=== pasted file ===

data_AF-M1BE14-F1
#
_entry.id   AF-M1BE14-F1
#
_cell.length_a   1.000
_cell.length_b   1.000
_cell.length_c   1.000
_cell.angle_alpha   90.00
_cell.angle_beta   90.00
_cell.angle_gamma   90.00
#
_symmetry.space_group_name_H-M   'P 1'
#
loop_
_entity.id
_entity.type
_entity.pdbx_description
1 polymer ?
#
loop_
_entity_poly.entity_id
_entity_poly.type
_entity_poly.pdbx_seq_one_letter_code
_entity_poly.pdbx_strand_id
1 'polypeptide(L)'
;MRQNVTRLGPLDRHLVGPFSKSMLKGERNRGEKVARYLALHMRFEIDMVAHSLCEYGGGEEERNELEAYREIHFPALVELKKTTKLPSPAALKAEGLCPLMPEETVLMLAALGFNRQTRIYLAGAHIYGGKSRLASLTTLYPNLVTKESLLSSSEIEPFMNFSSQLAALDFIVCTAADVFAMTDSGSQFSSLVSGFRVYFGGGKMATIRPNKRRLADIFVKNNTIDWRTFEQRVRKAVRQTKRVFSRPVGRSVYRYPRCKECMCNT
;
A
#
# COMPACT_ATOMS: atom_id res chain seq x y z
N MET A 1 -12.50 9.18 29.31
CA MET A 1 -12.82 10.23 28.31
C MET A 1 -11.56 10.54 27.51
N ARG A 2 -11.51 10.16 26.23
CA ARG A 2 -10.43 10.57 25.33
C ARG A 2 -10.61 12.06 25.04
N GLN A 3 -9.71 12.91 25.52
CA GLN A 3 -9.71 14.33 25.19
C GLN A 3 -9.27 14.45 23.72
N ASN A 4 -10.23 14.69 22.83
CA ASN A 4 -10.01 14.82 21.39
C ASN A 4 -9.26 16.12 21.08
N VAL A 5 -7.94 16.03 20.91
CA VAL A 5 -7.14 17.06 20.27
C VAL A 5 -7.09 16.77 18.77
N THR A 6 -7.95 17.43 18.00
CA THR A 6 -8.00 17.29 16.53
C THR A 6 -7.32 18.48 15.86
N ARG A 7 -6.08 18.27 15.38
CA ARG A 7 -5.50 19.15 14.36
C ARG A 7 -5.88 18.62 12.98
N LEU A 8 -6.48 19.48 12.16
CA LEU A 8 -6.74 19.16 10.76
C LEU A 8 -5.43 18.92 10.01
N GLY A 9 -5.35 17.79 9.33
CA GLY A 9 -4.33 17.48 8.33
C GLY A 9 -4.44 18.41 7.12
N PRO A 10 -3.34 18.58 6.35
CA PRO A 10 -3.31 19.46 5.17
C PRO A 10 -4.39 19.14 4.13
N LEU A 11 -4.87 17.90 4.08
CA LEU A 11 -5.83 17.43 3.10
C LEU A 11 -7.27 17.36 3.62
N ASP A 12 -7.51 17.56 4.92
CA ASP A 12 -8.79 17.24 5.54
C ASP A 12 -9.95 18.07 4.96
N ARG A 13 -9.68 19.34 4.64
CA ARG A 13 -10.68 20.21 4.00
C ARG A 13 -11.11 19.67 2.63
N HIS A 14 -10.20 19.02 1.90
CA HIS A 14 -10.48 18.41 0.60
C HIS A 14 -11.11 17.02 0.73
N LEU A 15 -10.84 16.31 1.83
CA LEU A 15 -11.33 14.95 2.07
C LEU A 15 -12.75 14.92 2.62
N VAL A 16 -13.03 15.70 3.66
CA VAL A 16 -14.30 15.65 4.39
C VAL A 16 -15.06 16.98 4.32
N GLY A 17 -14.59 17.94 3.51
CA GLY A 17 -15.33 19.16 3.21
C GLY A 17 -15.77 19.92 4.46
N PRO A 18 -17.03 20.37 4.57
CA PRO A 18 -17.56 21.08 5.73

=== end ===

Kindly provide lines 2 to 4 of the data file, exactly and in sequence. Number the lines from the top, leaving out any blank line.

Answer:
#
_entry.id   AF-M1BE14-F1
#